Plenty of promise in pool prospect Nina Kucheran
by Randy Pascal
The road between qualifying for Olympic Trials, and actually cracking the roster of the Canadian Olympic Swim team is a long and bumpy one.
Sudbury native Nina Kucheran fully understands that.
Competing at the Trials for the first time in April, but still a ways away from donning the national colours, the 16 year old Sudbury pool sensation can
now sleep soundly with the knowledge that her ultimate dream is not an unrealistic one. It was a far more blurry vision of the future that danced in her
head when Kucheran first started swimming lessons, at roughly the age of five.
“My parents kind of threw me in everything,” she said. “I was in figure skating, I loved soccer, a little bit of gymnastics, and a lot of school sports
in elementary.” Swimming, however, was different. The connection was immediate, and to some extent, evident to one and all.
“Before I even started with SLSC (Sudbury Laurentian Swim Club), I was taking lessons at Nickel District pool,” Kucheran reminisced. “There’s
level one, level two, stuff like that, and I got to a certain point where I couldn’t go any farther because of my age.” Like her older sister Emmy,
Nina was too young to be allowed to move on.
“So then we started doing endurance swims with people that were older, and we were keeping up.” The siblings joined the SLSC at the same time, and have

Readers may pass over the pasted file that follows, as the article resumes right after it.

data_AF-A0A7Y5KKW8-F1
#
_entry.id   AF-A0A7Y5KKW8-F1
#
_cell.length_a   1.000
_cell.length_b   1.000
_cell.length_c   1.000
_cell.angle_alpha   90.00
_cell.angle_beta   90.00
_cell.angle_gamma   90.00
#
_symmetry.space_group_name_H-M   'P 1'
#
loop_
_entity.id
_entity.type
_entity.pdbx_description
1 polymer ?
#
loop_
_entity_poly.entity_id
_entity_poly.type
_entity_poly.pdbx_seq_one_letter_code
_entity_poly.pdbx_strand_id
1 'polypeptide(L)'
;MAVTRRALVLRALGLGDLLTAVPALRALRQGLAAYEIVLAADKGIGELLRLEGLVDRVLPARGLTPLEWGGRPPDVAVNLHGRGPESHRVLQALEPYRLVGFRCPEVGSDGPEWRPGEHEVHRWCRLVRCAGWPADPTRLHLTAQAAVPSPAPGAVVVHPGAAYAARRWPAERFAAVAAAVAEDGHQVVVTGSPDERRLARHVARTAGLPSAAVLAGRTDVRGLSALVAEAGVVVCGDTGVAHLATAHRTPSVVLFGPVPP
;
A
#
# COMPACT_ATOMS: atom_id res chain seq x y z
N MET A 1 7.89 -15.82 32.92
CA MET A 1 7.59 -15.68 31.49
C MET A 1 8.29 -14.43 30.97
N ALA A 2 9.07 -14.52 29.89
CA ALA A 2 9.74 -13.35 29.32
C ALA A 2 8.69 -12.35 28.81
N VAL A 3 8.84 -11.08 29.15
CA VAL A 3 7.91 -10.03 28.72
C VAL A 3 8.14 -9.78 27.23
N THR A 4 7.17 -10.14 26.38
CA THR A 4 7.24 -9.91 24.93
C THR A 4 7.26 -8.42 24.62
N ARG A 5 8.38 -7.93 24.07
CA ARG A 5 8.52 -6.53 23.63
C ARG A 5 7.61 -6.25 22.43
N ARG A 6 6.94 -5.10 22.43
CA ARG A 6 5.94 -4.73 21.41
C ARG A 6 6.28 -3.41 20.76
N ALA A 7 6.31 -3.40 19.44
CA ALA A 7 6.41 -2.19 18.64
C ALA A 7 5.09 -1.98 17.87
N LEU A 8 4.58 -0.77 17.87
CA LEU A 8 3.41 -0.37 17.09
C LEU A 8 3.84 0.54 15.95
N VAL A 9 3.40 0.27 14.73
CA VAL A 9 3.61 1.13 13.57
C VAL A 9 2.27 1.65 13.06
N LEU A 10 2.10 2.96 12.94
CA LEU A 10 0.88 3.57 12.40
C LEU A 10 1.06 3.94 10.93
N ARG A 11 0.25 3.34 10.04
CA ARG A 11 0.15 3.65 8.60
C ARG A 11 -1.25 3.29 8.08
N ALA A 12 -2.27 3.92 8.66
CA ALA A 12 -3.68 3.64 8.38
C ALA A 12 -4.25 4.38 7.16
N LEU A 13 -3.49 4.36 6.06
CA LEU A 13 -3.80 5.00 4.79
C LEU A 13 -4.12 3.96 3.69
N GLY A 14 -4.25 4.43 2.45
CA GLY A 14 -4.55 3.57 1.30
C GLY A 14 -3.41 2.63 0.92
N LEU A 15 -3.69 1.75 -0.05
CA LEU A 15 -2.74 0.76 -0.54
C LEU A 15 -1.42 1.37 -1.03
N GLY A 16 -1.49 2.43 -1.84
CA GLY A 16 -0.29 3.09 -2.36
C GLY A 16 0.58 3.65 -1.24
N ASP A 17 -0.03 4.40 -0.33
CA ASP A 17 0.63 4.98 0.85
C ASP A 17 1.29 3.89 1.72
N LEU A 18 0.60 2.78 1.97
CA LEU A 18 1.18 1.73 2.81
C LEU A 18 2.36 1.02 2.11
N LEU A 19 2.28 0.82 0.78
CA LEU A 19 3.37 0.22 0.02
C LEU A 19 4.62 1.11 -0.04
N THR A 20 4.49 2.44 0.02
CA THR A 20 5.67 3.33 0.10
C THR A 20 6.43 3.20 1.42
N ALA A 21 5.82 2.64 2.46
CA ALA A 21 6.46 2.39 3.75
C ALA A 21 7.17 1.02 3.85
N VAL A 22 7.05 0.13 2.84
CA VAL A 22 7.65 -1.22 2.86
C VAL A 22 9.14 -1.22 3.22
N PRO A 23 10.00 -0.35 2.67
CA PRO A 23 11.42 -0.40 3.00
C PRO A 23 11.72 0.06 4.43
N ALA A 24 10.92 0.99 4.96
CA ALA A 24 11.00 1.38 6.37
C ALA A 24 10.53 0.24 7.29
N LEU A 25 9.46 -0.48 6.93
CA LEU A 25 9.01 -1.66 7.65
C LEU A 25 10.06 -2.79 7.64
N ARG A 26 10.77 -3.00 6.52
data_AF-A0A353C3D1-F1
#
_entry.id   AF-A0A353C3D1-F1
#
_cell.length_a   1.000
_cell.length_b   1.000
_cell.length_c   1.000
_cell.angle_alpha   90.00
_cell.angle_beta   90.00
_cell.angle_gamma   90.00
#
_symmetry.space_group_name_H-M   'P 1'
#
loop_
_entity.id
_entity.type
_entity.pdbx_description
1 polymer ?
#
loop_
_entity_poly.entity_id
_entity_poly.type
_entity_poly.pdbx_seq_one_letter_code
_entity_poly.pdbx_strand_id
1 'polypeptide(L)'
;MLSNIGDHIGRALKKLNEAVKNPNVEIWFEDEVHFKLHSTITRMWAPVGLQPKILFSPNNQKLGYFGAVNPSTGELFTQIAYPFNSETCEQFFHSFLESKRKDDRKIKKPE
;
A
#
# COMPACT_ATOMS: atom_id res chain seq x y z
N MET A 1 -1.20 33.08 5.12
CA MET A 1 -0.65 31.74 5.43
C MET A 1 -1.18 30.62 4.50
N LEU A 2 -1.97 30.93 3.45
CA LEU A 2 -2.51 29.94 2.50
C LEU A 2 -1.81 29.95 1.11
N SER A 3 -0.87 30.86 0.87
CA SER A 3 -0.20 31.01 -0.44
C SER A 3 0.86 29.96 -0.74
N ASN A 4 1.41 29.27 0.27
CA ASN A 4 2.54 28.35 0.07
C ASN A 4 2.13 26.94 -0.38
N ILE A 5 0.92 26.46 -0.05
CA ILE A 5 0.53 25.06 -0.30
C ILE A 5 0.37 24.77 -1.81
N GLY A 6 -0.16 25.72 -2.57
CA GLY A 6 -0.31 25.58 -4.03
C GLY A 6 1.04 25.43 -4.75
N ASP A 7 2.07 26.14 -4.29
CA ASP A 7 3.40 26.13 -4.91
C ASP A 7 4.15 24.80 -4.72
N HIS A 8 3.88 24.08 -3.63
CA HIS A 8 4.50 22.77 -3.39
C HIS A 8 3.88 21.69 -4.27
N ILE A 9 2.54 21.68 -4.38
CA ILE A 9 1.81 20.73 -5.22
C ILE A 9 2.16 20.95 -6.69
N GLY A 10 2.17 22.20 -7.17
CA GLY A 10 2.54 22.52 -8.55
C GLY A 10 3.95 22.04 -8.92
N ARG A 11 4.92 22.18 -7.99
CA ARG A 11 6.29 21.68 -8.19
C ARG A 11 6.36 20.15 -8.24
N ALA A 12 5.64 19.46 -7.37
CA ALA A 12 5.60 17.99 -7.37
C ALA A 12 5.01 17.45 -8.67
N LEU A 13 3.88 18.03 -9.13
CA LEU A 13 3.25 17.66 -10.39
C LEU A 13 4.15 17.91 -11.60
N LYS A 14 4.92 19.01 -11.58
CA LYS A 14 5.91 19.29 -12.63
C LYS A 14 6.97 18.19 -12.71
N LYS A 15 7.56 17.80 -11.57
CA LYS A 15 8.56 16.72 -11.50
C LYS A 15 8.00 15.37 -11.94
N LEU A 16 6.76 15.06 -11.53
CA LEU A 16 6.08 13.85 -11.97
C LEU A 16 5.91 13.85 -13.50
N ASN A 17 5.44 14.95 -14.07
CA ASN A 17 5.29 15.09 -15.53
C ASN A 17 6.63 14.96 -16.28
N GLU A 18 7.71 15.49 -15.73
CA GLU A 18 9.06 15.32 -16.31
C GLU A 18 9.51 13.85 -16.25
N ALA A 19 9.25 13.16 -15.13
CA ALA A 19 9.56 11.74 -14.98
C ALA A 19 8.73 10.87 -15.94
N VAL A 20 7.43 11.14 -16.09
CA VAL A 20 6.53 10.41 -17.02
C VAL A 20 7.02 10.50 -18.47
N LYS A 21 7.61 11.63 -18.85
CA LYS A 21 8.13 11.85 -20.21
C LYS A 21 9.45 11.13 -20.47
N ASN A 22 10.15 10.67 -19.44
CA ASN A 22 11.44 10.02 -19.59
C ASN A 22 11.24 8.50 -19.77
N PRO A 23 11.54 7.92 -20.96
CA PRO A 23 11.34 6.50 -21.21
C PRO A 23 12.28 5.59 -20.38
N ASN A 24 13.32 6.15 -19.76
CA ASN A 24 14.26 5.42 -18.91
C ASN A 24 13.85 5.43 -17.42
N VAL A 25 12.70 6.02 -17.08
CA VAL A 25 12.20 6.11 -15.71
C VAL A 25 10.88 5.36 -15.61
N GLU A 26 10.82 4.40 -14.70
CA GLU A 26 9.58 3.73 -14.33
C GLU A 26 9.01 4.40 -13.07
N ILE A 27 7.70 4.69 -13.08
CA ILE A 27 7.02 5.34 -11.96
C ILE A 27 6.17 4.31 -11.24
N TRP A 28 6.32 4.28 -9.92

been somewhat inseparable ever since, a situation that will change come September, when Emmy heads off to the University of Waterloo.
While both of the Kucheran girls have enjoyed a measure of success in the pool, there has something special about the little one, almost since day one.
“I am an extremely competitive person,” Nina admitted. “That competitive drive helps me a lot, in races and practices. I love working out and being fit,
setting fitness goals.”
“We do dryland twice a week, and both me and my sister live for the dryland training. When I’m not swimming, I like to just get out to the gym.” It
wasn’t long before reaching the standards to qualify for provincial championships became a run-of-the-mill routine. But that would merely equate Kucheran
with hundreds of swimmers across the province who can find their way through to a final or more when the best in Ontario gather.
Hardly Olympic material, to be honest. “Ontario Junior Internationals in December of 2014,” blurted Kucheran. “That’s when it really hit. Before
that, I would go to nationals and get to the finals, but I wasn’t close to winning. I always remember this meet, because everything came together.”
“I qualified for Olympic Trials in the 200m breaststroke and 100m breaststroke, and had some really good I.M. (individual medley) races. I made it to the
finals at 14, racing against people that were 16 and 17.”
“Starting from that moment, I got really, really excited about my training,” Kucheran continued. Which is saying a lot, considering she had already been
viewed, for quite some time, as a highly driven young lady. Clearly, it was time for a road bump along the way.